The woman who was falsely accused of stalking, harassing and nearly arranging the rape of her ex-fiancé’s wife—when the threats were, according to law enforcement, really concocted by the ex-fiancé’s wife—is suing the couple as well as the city of Anaheim.
The city being named in the litigation is not a surprise because Michelle Hadley had previously filed a claim against Anaheim, usually the first step in a lawsuit. In the complaint filed in Orange County Superior Court, Hadley alleges the Anaheim Police Department bungled the original investigation that led to her being wrongfully jailed for 88 days.
U.S. Marshal Ian Diaz and his now former wife Angela Diaz are alleged in the complaint of making false accusations that led to Hadley’s false imprisionment. The plaintiff is seeking an unspecified amount in damages.
While conceding that Hadley had been wrongfully arrested, charged and jailed, Orange County District Attorney Tony Rackauckas on Jan. 9 announced perjury, kidnapping and false imprisonment counts against Angela Diaz. A conviction could send her to state prison for 12 years and eight months—plus up to 11 years in county jail. She has pleaded not guilty.
After Hadley and Ian Diaz met online in August 2013, they went on to have a serious relationship and become engaged. They bought an Anaheim condominium, but parted ways in August 2015 and Hadley moved out. She now resides in Ontario.
In January 2016, Diaz met the future Angela Diaz on the same dating website where he had met Hadley. They married at the end of February 2016 and Diaz moved into the condo. In mid-May 2016, Diaz claimed she was pregnant with twins.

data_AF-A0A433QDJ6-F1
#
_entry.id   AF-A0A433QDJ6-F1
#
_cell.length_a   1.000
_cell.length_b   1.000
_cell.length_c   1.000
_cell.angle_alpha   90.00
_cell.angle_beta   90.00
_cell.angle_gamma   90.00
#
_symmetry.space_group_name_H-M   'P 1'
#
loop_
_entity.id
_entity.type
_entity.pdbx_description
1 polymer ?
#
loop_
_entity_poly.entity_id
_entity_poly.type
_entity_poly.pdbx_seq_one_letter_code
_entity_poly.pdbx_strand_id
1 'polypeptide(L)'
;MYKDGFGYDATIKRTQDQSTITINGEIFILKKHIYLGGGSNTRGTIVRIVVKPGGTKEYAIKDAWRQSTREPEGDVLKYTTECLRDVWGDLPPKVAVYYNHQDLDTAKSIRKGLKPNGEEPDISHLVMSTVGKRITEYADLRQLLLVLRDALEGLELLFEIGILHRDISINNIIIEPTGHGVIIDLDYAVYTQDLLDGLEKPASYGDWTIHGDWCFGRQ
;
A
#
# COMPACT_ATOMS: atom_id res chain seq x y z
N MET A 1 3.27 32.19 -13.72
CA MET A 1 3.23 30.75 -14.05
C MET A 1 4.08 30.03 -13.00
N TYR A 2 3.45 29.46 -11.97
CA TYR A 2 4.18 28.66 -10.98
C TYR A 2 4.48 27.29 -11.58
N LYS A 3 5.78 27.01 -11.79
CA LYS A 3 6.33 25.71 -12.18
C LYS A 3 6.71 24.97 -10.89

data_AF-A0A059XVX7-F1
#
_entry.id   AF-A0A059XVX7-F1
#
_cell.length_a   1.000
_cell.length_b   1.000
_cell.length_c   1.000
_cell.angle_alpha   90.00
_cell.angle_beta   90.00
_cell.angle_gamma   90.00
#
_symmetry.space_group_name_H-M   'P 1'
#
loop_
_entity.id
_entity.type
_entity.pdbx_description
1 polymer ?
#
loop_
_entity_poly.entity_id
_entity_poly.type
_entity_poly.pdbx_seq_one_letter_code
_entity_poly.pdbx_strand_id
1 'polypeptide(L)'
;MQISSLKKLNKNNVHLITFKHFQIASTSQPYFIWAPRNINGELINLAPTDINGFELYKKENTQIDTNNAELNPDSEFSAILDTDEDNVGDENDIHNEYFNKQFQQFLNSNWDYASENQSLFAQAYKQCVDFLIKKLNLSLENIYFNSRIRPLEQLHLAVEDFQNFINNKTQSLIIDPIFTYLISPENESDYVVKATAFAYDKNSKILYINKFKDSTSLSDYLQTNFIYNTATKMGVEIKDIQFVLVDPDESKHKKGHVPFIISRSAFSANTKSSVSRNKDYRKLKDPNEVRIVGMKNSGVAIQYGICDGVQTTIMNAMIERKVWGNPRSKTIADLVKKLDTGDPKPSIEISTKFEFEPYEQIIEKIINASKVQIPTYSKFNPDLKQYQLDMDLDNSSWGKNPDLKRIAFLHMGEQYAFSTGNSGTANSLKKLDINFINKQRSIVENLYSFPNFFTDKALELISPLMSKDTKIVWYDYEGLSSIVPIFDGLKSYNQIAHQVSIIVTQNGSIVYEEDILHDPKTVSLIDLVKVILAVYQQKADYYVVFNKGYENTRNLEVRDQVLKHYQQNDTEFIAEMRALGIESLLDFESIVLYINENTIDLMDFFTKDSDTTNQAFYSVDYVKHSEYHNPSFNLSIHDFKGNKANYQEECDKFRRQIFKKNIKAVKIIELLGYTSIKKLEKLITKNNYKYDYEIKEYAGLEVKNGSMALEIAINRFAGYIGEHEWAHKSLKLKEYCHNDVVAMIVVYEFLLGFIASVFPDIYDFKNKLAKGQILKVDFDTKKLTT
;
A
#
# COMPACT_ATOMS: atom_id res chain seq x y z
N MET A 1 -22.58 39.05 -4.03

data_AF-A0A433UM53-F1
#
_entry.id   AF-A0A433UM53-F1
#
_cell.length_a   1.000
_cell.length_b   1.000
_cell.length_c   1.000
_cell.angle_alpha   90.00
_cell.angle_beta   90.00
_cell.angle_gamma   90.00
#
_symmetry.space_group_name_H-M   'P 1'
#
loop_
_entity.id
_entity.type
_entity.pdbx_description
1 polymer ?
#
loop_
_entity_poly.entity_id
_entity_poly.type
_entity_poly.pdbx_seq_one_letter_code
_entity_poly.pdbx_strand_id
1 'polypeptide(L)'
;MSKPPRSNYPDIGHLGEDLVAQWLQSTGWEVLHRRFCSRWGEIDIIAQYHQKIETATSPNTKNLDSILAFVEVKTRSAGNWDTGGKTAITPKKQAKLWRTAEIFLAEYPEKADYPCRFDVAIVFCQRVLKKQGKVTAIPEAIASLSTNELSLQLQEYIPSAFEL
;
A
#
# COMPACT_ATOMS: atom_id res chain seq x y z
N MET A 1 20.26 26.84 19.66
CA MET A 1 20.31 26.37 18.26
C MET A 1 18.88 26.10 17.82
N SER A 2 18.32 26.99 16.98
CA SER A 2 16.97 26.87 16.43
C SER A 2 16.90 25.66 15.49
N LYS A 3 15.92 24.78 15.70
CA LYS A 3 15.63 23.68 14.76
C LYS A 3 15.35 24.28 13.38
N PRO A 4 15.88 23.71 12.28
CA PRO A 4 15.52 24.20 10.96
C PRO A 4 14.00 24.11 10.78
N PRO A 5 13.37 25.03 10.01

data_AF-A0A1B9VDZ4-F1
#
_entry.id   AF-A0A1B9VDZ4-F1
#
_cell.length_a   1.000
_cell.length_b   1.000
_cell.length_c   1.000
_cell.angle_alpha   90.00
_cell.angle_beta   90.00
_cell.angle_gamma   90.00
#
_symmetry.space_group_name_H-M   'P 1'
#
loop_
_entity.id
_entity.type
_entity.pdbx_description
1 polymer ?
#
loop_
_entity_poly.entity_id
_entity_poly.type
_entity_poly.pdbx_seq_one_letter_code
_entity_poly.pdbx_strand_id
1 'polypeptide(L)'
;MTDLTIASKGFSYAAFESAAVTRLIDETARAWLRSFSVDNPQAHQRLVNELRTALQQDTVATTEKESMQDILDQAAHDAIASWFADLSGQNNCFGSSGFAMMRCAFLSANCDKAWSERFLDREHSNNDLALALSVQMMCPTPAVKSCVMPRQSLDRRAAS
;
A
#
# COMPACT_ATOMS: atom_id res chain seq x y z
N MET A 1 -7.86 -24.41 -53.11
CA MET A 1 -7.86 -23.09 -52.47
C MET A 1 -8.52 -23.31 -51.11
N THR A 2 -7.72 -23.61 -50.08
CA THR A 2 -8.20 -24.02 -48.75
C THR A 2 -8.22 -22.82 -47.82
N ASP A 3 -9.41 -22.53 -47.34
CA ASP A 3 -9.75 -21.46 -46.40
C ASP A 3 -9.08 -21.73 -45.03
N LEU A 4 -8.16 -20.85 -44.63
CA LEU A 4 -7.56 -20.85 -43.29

On June 1, 2016, Diaz went to the Anaheim Police Department and falsely reported harassing messages, claiming they were from Hadley. Diaz, who is now accused of having actually sent herself the emails to make it appear Hadley wrote and sent them, obtained a restraining order against Hadley by signing under penalty of perjury that Hadley had threatened her.
On many occasions from that day through July 13, 2016, Diaz made false reports to get Anaheim cops to come to the condo with claims that Hadley threatened the lives of her and her unborn children. “Diaz is accused of adding links to graphic images and photographs of dead human beings, decapitated bodies and aborted fetuses,” noted Rackauckas, whose investigation found the wife routed threatening emails to herself through about eight different accounts using Virtual Private Networks and third-party proxy servers to avoid detection of her Internet Protocol address by law enforcement.
In June 2016, Diaz posed as Hadley to respond to online advertisements from men who wanted to help women fulfill “rape fantasies,” sent photos of herself (Diaz) to those who replied and informed them that she wanted to have forcible sexual intercourse even if she screamed or resisted, according to the OCDA. After Diaz told Anaheim police that Hadley was stalking her and falsely claiming she was involved in these online ads, at least two men who came to Diaz’s residence to participate in rape fantasies were intercepted by law enforcement.